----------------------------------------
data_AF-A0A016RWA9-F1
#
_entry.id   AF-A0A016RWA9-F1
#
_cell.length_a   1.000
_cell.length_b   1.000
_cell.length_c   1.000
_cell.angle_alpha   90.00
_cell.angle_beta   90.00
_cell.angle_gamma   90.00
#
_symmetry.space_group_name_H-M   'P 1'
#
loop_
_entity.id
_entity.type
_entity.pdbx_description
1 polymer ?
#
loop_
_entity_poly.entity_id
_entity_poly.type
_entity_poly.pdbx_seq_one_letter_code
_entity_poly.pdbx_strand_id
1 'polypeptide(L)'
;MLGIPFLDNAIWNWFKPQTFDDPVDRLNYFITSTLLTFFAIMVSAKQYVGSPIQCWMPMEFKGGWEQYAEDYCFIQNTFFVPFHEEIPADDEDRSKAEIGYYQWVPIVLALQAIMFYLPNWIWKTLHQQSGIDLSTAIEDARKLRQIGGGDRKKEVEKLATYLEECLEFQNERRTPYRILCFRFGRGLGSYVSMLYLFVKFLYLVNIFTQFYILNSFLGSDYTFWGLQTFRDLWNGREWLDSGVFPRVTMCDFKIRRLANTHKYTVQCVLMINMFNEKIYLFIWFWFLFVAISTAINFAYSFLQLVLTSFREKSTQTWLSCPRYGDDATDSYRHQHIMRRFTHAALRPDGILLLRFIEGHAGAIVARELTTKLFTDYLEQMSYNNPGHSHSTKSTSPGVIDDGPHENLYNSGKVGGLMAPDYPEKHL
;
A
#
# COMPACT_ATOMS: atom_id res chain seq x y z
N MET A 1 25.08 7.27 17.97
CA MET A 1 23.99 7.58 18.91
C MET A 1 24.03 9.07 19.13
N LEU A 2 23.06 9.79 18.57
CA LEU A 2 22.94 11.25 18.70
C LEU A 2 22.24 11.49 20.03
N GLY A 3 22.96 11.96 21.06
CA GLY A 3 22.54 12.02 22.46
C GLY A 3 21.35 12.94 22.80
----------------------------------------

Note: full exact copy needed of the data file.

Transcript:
data_AF-A0A016RWA9-F1
#
_entry.id   AF-A0A016RWA9-F1
#
_cell.length_a   1.000
_cell.length_b   1.000
_cell.length_c   1.000
_cell.angle_alpha   90.00
_cell.angle_beta   90.00
_cell.angle_gamma   90.00
#
_symmetry.space_group_name_H-M   'P 1'
#
loop_
_entity.id
_entity.type
_entity.pdbx_description
1 polymer ?
#
loop_
_entity_poly.entity_id
_entity_poly.type
_entity_poly.pdbx_seq_one_letter_code
_entity_poly.pdbx_strand_id
1 'polypeptide(L)'
;MLGIPFLDNAIWNWFKPQTFDDPVDRLNYFITSTLLTFFAIMVSAKQYVGSPIQCWMPMEFKGGWEQYAEDYCFIQNTFFVPFHEEIPADDEDRSKAEIGYYQWVPIVLALQAIMFYLPNWIWKTLHQQSGIDLSTAIEDARKLRQIGGGDRKKEVEKLATYLEECLEFQNERRTPYRILCFRFGRGLGSYVSMLYLFVKFLYLVNIFTQFYILNSFLGSDYTFWGLQTFRDLWNGREWLDSGVFPRVTMCDFKIRRLANTHKYTVQCVLMINMFNEKIYLFIWFWFLFVAISTAINFAYSFLQLVLTSFREKSTQTWLSCPRYGDDATDSYRHQHIMRRFTHAALRPDGILLLRFIEGHAGAIVARELTTKLFTDYLEQMSYNNPGHSHSTKSTSPGVIDDGPHENLYNSGKVGGLMAPDYPEKHL
;
A
#
# COMPACT_ATOMS: atom_id res chain seq x y z
N MET A 1 25.08 7.27 17.97
CA MET A 1 23.99 7.58 18.91
C MET A 1 24.03 9.07 19.13
N LEU A 2 23.06 9.79 18.57
CA LEU A 2 22.94 11.25 18.70
C LEU A 2 22.24 11.49 20.03
N GLY A 3 22.96 11.96 21.06
CA GLY A 3 22.54 12.02 22.46
C GLY A 3 21.35 12.94 22.80